Jesse Weinberg

On May 2, a crowd outside of Neumo's on 10th Avenue and Pike Street watched as Seattle police officers from Capitol Hill's new nightlife emphasis patrol descended on the crowded venue. SPD claimed the club's sold-out Tim and Eric show was over capacity and called in the fire marshal.

The city came down hard on Neumo's, forcing the club to drop its capacity—although the club would not say how much its capacity was reduced—and closing the VIP room in the club's adjacent Moe Bar.

"It's devastating," says Neumo's co-owner Steven Severin. "I've had the worst two and a half weeks of my professional career."

The timing of the crackdown is suspicious. Last September, the city raided 15 bars and nightclubs across town in an attempt, the city claimed, to rein in problem clubs. The city charged 26 nightlife workers for overserving and allowing minors and guns into clubs, but the city has yet to win a single conviction. But while the city hasn't had much success in court, the raids had a chilling effect on nightlife.

In the last year, clubs all across town have buckled under city pressure. Belltown club Tabella closed and the building was sold to a conservative church. Ximaica in Belltown, Sugar on Capitol Hill, and Level 5 in Lower Queen Anne all closed their doors.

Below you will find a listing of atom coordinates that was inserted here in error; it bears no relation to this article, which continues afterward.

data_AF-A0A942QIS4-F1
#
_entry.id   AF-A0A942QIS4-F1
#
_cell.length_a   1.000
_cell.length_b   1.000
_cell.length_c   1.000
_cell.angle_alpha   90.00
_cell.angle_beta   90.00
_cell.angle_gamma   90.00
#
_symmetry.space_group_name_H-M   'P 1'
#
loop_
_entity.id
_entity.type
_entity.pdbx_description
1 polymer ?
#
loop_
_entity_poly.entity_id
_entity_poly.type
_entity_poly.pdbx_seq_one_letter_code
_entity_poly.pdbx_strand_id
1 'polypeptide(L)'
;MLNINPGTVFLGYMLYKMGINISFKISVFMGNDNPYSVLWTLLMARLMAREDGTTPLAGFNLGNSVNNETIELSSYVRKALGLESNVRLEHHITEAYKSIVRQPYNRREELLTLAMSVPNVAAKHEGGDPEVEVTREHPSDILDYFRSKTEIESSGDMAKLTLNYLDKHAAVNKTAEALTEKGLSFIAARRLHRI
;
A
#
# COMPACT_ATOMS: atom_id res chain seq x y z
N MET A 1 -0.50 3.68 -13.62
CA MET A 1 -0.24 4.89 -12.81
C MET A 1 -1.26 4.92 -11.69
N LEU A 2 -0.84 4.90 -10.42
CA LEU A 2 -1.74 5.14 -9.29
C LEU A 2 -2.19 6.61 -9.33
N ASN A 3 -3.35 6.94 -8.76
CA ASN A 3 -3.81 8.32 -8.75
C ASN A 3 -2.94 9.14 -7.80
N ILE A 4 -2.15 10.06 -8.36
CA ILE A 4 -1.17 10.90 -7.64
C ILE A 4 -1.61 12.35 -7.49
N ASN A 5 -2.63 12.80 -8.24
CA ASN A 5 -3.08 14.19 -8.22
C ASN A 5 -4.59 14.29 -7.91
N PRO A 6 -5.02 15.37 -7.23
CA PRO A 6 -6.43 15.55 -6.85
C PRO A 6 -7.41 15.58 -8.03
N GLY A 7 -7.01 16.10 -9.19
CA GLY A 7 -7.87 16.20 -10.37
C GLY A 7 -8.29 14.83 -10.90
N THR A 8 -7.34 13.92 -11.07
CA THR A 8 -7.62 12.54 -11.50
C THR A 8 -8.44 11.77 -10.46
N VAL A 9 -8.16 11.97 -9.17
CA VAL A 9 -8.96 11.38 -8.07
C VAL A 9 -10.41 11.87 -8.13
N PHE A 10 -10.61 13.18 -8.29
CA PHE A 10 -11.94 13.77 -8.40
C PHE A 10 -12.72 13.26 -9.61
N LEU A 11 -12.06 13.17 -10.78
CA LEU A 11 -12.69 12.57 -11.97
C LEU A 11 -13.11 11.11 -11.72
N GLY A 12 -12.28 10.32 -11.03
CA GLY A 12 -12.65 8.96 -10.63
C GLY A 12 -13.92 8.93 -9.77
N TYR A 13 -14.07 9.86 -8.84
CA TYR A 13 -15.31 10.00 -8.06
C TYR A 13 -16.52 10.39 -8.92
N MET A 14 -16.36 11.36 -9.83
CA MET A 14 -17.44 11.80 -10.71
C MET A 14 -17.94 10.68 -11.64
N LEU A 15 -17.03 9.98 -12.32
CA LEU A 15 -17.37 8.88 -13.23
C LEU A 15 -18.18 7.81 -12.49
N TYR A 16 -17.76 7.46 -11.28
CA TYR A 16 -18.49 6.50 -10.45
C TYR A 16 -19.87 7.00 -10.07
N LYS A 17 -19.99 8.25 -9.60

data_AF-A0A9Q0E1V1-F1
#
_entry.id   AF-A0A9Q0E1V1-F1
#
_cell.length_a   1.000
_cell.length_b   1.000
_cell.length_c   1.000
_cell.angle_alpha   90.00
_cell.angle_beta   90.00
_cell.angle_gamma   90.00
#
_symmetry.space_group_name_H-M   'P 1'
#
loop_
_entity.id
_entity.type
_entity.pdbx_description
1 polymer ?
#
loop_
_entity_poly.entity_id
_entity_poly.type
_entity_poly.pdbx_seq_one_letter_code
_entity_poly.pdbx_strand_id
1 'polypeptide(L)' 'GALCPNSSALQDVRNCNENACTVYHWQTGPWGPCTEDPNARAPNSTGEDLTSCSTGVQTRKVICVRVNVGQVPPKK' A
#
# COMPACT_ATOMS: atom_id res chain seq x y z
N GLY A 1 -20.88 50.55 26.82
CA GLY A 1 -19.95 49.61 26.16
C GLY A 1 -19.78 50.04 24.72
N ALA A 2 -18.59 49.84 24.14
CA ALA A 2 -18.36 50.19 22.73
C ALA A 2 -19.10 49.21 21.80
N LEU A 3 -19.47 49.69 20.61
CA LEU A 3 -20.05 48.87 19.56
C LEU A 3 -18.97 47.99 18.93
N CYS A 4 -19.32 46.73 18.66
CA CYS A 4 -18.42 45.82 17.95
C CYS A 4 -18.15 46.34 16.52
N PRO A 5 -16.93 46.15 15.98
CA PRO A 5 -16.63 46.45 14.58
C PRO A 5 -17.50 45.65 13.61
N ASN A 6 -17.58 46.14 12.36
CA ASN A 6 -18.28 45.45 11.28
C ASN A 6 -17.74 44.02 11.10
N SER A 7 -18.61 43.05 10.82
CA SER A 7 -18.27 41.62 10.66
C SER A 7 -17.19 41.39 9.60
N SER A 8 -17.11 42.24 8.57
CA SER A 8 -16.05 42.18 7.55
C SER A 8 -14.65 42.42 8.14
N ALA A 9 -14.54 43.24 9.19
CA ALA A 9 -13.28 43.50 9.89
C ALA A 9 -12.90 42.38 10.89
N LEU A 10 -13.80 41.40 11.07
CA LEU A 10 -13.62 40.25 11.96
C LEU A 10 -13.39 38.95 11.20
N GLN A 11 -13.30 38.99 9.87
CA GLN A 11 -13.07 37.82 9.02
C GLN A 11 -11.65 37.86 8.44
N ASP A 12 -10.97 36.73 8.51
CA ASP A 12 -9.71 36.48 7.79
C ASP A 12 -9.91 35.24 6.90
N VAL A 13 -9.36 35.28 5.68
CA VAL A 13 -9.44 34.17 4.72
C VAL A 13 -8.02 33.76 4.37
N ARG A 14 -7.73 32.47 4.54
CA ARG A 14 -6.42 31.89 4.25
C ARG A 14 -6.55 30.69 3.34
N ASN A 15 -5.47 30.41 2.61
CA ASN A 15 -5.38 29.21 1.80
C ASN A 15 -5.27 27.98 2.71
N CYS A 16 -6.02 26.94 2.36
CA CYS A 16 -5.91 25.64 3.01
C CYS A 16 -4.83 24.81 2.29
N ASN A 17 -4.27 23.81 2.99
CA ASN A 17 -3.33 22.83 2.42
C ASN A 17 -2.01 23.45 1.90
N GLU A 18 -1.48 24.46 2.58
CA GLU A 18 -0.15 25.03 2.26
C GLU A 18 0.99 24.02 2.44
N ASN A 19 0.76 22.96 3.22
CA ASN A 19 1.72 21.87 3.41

Now Capitol Hill club and bar owners claim they've become the latest targets in the city's war on nightlife.

Although the city eased up on Neumo's late last week—allowing for more flexibility in how the club distributes its crowd between the bar, mezzanine, and dance floor (the club is pushing the city to raise the venue's capacity from 537 to 700)—several Capitol Hill gay bars say they've become targets of overzealous, even prudish, police attention.

Employees at the Seattle Eagle and R Place say two SPD officers—John O'Neill and Ryan Gallagher—have been showing up at their clubs, invoking state decency laws, and forcing them to remove posters and videos they deem offensive—material the state liquor board has deemed a "low priority."

Michael Engel, a bartender at the Seattle Eagle, says he feels harassed by the officers, who came in last week and sat for 20 minutes monitoring a sexually suggestive video.

Not everyone sees the SPD's increased presence on the hill as a problem. Eli Baroh, head of security at Havana, says he's been on a ride-along with officers O'Neill and Gallagher, and he's happy to have them around. "It makes my job easier," Baroh says. "People that are going to cause problems aren't going to do it in front of a police officer." King Cobra booker Jason Rothman says O'Neill and Gallagher come into his club regularly during the week and they've never caused a problem.

"I think there's a point at which people are going to have to get used to this," Rothman says. "Fighting [the city] is never a winning battle."

While the officers may be welcome at some clubs, others are not pleased by the attention. "They're looking for something to get you on," the Eagle's Engel says. "There are more important things to be doing [than being] the morality police." recommended